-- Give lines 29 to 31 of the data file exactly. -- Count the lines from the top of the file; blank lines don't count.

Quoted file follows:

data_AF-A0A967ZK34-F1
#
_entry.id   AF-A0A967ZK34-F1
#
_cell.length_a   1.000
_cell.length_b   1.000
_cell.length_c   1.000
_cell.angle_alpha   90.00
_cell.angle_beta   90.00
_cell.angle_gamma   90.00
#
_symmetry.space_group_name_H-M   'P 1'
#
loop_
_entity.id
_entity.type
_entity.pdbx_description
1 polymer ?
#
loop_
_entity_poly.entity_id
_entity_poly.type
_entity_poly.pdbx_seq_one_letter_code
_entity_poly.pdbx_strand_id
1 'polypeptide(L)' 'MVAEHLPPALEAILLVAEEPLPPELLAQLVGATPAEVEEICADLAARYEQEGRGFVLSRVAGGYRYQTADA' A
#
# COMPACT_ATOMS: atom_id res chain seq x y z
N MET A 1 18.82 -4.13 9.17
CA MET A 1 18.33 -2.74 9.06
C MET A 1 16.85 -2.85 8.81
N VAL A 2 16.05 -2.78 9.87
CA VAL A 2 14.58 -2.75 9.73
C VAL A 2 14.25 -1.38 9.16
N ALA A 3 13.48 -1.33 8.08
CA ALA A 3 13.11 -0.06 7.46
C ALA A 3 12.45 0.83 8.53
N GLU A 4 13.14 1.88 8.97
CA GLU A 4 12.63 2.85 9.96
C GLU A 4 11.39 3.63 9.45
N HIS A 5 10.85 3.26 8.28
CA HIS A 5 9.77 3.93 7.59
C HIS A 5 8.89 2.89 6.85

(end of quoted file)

CA MET A 1 18.33 -2.74 9.06
C MET A 1 16.85 -2.85 8.81
N VAL A 2 16.05 -2.78 9.87